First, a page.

qualitative validity of Eq. 5, the cross-sectional area depends weakly, but inversely on
the gross longshore transport rate, meaning that for all other factors being equal, the
inlet channel cross-sectional area will be larger for areas with smaller transport rate.
Inlet channel stability is promoted by a smaller ratio of its width to hydraulic radius at
mean sea level, W/R. As a first approximation, R can be replaced by average depth in
the entrance channel. Jarrett (1976) found that most dual-jettied inlets had W/R < 100.
Such channels tend to be deep and, therefore, more hydraulically efficient.
A classical approach to inlet stability is that of Escoffier (1940), in which a "stability
curve" is developed relating channel cross-sectional area to the velocity through the
inlet. Empirically, a mean-maximum velocity (mean of maxima of spring tides, for
example) of 1.1 m/sec is necessary to maintain a minimal channel cross-sectional area,
and the Escoffier analysis is compatible with that result. A PC program is available to
perform this analysis (Seabergh and Kraus 1997).
Jetties are typically extended seaward to at least the depth of the navigation channel to
protect the channel against intrusion of longshore sediment transport and to shelter
vessels from breaking waves and the longshore current in the surf zone under non-storm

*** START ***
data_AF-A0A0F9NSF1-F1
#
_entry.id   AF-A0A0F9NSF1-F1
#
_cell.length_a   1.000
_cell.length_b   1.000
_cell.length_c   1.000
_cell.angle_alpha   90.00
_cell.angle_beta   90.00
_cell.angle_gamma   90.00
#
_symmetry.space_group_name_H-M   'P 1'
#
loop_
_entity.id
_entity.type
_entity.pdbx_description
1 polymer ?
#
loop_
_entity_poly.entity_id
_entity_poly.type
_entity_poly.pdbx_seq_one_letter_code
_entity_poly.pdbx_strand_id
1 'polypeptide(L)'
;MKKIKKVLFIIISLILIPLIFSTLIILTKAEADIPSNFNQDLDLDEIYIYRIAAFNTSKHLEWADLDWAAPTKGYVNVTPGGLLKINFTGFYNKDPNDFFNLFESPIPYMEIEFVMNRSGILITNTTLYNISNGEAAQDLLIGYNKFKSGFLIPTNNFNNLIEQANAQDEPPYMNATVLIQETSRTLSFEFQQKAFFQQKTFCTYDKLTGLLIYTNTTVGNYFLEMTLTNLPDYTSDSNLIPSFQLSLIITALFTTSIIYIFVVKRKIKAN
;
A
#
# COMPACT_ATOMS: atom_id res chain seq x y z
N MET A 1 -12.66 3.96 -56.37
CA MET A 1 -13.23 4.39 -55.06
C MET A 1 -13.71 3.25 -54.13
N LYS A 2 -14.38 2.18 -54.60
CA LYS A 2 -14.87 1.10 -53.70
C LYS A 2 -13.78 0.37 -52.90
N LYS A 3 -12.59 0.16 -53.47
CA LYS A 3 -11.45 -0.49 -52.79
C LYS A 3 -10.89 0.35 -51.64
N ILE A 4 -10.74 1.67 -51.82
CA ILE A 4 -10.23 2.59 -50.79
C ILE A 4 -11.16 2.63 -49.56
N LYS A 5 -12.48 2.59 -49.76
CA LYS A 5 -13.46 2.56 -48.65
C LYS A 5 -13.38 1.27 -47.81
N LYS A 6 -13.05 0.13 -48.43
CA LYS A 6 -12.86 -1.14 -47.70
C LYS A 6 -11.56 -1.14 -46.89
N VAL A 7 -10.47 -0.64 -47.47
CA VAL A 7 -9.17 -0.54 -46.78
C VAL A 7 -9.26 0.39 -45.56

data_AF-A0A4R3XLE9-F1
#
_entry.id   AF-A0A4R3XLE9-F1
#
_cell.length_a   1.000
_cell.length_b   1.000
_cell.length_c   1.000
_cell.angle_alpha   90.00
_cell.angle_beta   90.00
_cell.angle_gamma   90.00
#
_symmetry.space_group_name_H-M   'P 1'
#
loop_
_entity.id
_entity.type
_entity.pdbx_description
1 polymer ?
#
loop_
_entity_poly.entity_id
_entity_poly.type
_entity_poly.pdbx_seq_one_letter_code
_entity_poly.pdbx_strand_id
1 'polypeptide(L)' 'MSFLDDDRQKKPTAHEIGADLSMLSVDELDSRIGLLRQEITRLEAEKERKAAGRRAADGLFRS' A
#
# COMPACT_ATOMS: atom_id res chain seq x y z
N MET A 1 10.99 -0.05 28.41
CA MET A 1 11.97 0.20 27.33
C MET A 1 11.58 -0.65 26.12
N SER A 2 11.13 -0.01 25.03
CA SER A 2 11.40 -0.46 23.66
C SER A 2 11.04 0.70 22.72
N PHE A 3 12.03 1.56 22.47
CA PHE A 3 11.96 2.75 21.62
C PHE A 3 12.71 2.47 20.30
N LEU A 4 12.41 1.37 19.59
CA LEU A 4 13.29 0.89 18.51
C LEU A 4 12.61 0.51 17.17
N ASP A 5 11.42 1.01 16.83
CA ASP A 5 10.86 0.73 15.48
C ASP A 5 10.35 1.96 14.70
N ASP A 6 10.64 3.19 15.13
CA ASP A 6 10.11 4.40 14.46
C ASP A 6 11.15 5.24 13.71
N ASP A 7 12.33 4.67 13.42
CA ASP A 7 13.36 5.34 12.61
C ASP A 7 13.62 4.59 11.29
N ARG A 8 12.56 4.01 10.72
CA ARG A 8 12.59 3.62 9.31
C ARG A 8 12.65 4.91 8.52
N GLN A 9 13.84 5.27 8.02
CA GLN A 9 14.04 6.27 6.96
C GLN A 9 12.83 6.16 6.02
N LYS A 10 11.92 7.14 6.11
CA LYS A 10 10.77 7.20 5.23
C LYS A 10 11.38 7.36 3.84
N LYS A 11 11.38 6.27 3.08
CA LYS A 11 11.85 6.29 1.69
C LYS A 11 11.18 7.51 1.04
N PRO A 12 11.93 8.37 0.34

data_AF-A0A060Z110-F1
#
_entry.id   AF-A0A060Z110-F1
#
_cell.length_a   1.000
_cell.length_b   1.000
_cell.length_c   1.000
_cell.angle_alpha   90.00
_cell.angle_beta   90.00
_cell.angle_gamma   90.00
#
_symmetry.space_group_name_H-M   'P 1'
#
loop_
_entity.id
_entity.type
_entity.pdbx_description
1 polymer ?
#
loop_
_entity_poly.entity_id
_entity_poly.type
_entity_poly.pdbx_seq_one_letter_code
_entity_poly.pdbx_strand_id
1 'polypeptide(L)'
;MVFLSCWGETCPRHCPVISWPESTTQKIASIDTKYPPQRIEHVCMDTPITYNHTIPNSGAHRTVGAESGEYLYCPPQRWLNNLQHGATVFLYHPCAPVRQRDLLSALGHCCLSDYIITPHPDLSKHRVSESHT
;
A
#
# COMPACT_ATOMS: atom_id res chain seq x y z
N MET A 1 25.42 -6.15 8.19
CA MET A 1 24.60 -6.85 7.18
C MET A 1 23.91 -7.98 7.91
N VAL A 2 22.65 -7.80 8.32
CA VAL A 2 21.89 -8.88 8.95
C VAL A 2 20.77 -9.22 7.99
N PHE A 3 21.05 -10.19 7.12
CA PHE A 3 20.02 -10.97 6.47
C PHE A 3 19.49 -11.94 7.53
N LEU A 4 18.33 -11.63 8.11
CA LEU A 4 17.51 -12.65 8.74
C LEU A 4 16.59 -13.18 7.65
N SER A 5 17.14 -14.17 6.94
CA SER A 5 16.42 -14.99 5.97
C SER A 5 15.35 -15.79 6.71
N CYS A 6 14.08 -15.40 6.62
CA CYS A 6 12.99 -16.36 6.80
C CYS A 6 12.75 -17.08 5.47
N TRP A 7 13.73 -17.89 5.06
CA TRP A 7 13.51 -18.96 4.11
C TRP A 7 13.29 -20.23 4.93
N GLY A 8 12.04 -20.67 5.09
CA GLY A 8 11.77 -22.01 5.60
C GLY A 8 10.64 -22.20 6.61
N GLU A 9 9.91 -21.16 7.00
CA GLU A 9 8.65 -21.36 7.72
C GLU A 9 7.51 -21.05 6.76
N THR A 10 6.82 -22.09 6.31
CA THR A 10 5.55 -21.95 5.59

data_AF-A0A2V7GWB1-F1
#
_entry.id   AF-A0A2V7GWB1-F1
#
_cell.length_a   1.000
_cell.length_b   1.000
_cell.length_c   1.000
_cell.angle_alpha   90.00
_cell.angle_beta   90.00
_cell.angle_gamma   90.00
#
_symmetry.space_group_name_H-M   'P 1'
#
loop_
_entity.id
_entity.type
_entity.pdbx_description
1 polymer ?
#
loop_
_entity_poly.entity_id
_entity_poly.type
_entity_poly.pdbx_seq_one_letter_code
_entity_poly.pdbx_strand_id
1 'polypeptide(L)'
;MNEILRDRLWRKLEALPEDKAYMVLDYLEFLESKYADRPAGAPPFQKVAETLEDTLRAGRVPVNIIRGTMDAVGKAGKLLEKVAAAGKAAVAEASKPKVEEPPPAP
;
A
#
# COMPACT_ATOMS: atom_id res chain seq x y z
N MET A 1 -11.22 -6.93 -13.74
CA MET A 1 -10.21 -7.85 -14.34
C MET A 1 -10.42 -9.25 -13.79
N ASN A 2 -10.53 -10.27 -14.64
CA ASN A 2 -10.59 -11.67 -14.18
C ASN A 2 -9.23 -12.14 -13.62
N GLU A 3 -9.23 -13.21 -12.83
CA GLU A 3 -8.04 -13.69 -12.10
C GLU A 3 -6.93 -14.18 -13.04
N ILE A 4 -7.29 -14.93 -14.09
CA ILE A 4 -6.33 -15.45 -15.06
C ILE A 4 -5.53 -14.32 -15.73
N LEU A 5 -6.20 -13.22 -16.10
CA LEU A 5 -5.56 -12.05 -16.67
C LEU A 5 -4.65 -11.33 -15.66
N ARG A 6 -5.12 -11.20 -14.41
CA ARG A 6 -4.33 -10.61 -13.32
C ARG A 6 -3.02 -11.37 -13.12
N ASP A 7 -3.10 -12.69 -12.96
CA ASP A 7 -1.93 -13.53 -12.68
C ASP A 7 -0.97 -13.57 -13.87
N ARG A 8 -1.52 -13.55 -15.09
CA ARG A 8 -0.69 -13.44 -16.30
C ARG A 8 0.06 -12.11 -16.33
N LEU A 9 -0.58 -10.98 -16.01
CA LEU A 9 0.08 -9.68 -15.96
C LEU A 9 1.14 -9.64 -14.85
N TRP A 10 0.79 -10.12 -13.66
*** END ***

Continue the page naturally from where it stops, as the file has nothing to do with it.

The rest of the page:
conditions. Channels may be dredged deeper over the entrance bar or ebb shoal because
of the presence of breaking waves there. Jetties are sometimes oriented and configured
with doglegs to provide protection against higher waves from their incident direction.
Therefore, jetty length and orientation, wave height and direction, and channel depth
and orientation are three sets of interconnected parameters entering functional design of
navigable inlets. As the ebb shoal grows at a new or modified inlet, it will reach a
limiting depth that may be a concern to navigation channel design. Guidance is
available to predict this minimum depth (Buonaiuto and Kraus 2003).
A design conflict may arise in that small W/R, preferable for scouring the channel and
maintaining cross-sectional area, also promotes a strong ebb and flood current. A strong
ebb current increases wave steepness (wave height divided by wavelength) in the inlet
entrance, degrading navigation reliability. A strong tidal current reduces rudder control
of larger vessels, which approach inlets at moderate speed.
If feasible, channel orientation is into the predominant waves, typically "straight out."
However, if there is a saddle in the ebb shoal, vessel captains will tend to maneuver
through it toward deeper water, which gives greater under-keel clearance and is
typically an area of reduced wave height because of the deeper water. Price (1952)
advocated taking advantage of the natural orientation of the main (ebb) inlet channel for
navigation, but such an orientation may put vessels abeam to incident waves. Ship
simulations based on computed waves and currents can assist in designing channel
6. Response of Bay
This functional design consideration covers such as aspects as (a) change in magnitude,
phasing, and duration of storm water levels; (b) change in bay flushing, (c) salinity